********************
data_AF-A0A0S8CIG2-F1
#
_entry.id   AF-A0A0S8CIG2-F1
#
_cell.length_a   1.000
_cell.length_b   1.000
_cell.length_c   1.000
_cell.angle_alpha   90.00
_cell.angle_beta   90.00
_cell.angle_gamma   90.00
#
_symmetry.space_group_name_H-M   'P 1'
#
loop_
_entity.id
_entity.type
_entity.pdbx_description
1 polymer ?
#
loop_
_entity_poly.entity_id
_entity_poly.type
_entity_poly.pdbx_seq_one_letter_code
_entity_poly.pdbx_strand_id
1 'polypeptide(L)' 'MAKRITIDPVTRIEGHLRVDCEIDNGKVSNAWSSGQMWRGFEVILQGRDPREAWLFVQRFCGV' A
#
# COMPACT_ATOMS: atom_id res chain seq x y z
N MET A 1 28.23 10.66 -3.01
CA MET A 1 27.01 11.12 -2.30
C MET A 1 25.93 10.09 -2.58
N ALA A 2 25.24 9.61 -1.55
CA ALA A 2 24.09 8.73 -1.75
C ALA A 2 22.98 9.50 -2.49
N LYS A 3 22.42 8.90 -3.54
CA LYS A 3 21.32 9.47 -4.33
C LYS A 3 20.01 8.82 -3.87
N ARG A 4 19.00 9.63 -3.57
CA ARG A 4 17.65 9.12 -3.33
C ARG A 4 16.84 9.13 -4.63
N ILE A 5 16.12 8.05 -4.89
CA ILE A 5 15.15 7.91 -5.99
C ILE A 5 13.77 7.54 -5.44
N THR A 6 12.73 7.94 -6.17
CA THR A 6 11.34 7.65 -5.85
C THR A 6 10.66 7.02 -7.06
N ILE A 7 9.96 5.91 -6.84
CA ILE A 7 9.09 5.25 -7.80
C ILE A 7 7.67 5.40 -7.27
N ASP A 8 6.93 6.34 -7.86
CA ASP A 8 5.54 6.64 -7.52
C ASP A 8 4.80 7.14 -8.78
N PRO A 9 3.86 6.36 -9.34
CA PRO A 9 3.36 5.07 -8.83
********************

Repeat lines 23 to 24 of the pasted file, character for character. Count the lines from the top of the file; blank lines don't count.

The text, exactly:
_entity_poly.pdbx_seq_one_letter_code
_entity_poly.pdbx_strand_id